ACES ON BRIDGE
“Suf icient unto the day is the evil thereof” is terrible advice. Clearly, you should never put off until tomorrow something you can do today.
When you play four hearts on the lead of the spade nine, you cover with the 10 and win East’s jack in hand to play a diamond. West will win his ace and return a spade. The best you can do is win dummy’s ace and try to cash two diamonds. Alas, East will ruff away your diamond winner, leaving you with a loser in each suit. A trump at trick two works no better against accurate defense.
So, what can declarer do to avoid this fate? If he delays focusing on obtaining his diamond discard and instead tries to cut the defenders’ communications in clubs, he can come home via an indirect route.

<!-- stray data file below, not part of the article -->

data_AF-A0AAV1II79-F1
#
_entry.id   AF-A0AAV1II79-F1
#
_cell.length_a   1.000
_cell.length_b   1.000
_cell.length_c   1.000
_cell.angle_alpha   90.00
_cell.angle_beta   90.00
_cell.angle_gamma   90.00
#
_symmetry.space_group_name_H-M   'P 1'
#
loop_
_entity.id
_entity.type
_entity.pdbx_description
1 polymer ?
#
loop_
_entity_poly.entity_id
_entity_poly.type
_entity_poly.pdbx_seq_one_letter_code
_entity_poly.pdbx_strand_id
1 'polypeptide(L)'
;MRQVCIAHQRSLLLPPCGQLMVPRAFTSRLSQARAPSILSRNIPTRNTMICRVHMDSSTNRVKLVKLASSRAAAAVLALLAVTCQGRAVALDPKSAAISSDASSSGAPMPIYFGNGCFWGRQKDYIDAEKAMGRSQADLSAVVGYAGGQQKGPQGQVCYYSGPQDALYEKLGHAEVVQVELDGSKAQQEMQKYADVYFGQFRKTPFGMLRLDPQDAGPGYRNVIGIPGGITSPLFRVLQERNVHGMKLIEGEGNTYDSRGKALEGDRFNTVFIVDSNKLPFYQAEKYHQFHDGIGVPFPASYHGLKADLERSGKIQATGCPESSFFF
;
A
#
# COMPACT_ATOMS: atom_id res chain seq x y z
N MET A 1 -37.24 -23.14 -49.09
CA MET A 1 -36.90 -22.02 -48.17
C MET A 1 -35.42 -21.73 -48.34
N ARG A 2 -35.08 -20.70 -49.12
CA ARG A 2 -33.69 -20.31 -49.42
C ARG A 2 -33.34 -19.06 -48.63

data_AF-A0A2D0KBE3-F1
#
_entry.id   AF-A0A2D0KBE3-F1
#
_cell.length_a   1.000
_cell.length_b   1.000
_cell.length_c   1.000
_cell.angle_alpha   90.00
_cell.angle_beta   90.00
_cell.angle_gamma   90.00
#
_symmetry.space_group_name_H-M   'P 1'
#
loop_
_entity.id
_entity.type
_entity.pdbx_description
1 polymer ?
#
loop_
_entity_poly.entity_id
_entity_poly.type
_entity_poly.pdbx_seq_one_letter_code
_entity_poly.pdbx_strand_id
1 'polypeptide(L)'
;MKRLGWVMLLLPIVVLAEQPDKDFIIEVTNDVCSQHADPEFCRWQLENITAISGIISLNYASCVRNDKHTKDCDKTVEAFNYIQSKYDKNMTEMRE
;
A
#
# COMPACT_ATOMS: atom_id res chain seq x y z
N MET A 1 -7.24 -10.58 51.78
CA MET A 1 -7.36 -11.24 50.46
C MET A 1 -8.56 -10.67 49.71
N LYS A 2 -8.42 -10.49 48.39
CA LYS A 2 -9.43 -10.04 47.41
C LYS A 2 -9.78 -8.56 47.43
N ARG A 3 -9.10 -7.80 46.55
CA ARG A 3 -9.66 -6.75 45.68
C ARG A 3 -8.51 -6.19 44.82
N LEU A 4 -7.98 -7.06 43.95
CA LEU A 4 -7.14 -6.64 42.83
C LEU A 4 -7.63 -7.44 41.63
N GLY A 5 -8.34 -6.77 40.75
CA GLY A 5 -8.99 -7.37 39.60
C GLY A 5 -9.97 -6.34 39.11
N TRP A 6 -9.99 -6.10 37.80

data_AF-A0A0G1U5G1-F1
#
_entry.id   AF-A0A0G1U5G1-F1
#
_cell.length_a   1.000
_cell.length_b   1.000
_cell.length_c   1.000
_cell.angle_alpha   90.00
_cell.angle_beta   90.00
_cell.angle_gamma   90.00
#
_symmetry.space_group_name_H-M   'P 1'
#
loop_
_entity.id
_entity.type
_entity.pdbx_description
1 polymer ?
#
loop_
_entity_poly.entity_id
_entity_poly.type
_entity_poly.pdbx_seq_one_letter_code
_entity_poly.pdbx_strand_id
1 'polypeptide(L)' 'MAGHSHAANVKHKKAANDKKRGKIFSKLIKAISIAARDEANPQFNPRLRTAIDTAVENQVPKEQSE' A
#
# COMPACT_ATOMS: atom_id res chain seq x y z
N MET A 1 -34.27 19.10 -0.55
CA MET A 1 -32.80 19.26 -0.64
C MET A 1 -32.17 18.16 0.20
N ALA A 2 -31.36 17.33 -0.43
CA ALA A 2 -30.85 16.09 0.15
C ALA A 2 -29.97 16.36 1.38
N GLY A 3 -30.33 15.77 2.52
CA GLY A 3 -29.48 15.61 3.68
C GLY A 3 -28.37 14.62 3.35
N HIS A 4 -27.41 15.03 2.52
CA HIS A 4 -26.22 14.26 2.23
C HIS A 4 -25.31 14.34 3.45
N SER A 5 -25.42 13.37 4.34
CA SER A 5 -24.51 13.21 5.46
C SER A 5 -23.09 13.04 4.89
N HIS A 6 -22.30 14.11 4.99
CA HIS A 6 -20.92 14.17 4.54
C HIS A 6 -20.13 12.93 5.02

Let’s say declarer wins the spade lead in hand and ducks a club. As the cards lie, the best West can do is win his queen and play a second spade. Declarer takes that in dummy and ruffs a club to hand to lead a diamond to dummy. When West ducks, declarer wins in dummy, ruffs a club and must now lead a heart. West can do no better than win the ace and return the suit. South ruffs the fourth club, exhausting both opponents of clubs, and inally leads a second diamond toward dummy. When West wins, he has only diamonds left to lead, so declarer’s spade loser goes away.